Honestly, if it wasn’t for the Honda CB750, the British triples would have likely been a massive success. But, “what if’s” don’t count when you are an ailing motorcycle manufacturer. BSA was out of business by 1972 and Triumph incredibly limped on into the early 1980’s, finally going into receivership in 1983.
With a someone mediocre back story, the question arises: why are these bikes iconic? In our opinion, this may have more to do with race track wins than salesroom success. This would probably be a good time to mention a gentleman named, Rob North. Rob was known as a master fabricator in the late 1960s. After successfully building a Triumph 650 road race frame for Percy Tate to beat Agostini on 1967, Rob was definitely on the radar as an up and coming frame builder. In late 1969, the BSA Triumph group decided to take the new triples F750 racing to help bolster sales. As the story goes, designer Doug Hele himself drew up plans for a special racing frame and well known frame builders, Reynolds, were approached to construct the frames. A backlog of commitments at Reynolds meant the frames wouldn’t even be jigged up for months. This is where Rob’s connections came into play and Hele’s good friend recommended Rob to build the frames. Who was this friend? Percy Tate, of course.
Rob made a few tweaks to the Hele designs and made up 8 in the original batch. These proved quite successful, but Rob saw room for improvement and built a second batch for the 1971 season. These had a slightly lower head stock than originally penned, thus the nickname- the “Lowboy.” It is the Lowboy Rob North Triples that took the world by storm. The solid handling frame, now with a lower center of gravity, paired with the smoothly revving triple and large Lockheed disc brakes front and rear were the basis of a legendary, dare we say, iconic motorcycle.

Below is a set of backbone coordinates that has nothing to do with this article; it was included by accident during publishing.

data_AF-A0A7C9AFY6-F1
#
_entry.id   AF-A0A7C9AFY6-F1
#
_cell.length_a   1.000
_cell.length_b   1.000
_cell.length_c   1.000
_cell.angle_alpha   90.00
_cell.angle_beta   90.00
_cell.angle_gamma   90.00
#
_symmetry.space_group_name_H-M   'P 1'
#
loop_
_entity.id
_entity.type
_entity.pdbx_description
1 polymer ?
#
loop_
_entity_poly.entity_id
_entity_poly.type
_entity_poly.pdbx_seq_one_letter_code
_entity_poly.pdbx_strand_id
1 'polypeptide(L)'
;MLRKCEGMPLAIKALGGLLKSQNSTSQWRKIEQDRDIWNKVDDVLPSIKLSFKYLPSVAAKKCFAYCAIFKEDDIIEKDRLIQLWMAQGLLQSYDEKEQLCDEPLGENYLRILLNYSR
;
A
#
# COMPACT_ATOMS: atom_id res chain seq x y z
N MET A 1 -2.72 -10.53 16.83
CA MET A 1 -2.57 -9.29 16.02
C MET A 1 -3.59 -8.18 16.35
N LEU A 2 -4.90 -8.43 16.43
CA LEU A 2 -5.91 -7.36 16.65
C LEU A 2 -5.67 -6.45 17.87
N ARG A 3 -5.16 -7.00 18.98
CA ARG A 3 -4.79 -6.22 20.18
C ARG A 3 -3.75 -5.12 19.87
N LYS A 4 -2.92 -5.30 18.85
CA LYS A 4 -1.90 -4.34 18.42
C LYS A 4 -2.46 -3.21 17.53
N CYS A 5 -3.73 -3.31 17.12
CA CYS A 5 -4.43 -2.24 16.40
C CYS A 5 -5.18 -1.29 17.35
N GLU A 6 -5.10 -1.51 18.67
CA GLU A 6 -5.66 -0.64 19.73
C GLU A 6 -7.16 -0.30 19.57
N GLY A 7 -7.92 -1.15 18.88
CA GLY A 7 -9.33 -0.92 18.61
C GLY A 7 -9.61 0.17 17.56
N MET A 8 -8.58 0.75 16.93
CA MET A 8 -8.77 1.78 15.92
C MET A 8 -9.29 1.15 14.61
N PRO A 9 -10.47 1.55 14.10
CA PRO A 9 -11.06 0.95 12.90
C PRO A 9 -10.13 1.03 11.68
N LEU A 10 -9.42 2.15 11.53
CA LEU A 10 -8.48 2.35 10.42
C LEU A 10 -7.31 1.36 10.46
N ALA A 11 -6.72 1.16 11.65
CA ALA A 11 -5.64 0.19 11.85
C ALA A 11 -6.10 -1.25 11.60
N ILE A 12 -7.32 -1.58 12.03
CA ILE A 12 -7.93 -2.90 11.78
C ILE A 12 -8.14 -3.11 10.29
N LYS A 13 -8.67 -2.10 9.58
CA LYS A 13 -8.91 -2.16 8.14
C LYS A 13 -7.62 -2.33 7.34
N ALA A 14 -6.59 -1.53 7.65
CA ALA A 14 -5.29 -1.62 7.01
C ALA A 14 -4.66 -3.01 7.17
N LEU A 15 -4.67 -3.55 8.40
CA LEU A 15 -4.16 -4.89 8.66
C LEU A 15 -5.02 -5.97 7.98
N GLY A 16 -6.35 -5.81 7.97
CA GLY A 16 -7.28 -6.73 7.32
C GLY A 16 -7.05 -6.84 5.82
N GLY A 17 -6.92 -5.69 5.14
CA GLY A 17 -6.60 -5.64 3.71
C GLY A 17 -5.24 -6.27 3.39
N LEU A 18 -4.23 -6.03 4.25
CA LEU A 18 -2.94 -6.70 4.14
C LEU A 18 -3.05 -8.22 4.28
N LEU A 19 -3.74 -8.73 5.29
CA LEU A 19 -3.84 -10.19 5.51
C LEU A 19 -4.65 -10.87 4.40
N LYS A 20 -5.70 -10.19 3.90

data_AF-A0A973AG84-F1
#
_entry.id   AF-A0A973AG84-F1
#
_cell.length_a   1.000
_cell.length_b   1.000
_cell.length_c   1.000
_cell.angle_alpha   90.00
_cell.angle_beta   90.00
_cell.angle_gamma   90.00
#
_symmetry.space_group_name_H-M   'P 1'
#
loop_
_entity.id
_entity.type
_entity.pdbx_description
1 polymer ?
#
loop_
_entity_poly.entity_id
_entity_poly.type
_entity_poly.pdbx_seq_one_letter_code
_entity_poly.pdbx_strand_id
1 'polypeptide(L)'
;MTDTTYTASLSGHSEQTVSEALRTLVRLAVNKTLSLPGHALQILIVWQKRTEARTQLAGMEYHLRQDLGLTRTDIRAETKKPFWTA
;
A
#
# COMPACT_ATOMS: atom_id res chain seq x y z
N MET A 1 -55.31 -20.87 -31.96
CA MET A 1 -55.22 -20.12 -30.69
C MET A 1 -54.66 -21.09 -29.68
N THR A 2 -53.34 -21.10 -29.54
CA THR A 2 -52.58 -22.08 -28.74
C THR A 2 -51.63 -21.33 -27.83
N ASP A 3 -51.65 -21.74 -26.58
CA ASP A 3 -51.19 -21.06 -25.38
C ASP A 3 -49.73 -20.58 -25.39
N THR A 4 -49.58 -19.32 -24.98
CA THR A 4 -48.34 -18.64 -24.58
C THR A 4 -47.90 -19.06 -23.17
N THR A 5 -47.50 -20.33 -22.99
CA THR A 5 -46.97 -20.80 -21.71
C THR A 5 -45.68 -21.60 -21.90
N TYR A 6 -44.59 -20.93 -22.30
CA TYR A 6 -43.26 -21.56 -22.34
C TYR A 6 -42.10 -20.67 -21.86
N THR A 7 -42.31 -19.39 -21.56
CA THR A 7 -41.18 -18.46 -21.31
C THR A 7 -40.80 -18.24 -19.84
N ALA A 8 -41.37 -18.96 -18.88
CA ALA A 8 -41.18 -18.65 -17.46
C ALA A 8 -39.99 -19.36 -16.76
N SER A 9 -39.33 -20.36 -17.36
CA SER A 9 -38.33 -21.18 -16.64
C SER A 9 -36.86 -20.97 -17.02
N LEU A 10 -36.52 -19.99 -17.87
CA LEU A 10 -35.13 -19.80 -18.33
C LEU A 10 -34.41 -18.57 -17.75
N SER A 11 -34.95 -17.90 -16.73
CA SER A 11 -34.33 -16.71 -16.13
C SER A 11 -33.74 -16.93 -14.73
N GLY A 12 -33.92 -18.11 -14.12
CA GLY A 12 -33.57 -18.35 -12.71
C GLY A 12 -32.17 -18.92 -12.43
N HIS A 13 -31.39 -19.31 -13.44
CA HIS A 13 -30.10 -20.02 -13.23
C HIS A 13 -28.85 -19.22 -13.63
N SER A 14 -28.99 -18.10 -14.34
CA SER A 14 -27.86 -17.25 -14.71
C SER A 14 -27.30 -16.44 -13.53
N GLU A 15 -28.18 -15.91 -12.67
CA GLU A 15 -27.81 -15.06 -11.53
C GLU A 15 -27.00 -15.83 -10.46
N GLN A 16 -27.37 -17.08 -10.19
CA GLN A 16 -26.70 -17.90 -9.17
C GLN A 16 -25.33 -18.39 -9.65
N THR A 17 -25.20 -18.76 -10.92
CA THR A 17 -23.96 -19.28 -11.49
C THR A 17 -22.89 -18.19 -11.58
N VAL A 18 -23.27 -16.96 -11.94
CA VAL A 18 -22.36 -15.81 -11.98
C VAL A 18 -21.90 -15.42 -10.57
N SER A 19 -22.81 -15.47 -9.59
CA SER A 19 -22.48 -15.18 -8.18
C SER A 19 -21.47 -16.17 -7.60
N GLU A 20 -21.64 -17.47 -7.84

The Rob North triples, sometimes referred to as the “Beezumph” racers (get it? It’s BSA combined with Triumph) finished second and third at Daytona in 1970, and took all three podium spots in 1971 when Dick Mann won the race, followed by Gene Romero on another Lowboy, and Don Emde last year’s drum braked “Highboy.” The Rob North framed Triples also took wins at the Bol d’Or and F750 TT races and dozens of regional races across Europe and the USA. It was unexpected and it was incredible. It was storybook level accomplishments from a pair of manufacturers that were just trying to keep the lights on.
Pictured below is what could quite possibly be the very same bike Dick Mann crossed the finish line victoriously at the Daytona 200 in 1971. Why “quite possibly?” Well, because there are two factory BSA Lowboy Triples that currently exist, and both owners are making the exact same claim. In all honestly they both could be right in a way. Common practice at the time meant that engines and frames were swapped as needed, so it’s quite difficult to say if a bike you have now was the same bike as raced in 1971. Regardless, we were blown away by this factory BSA Lowboy triple as we perused the pits at Willow Springs Raceway a few years ago. Is it the exact bike that won Daytona? Probably….maybe? Regardless, it’s an amazing piece of history and recounts a fantastic era in British motorcycling.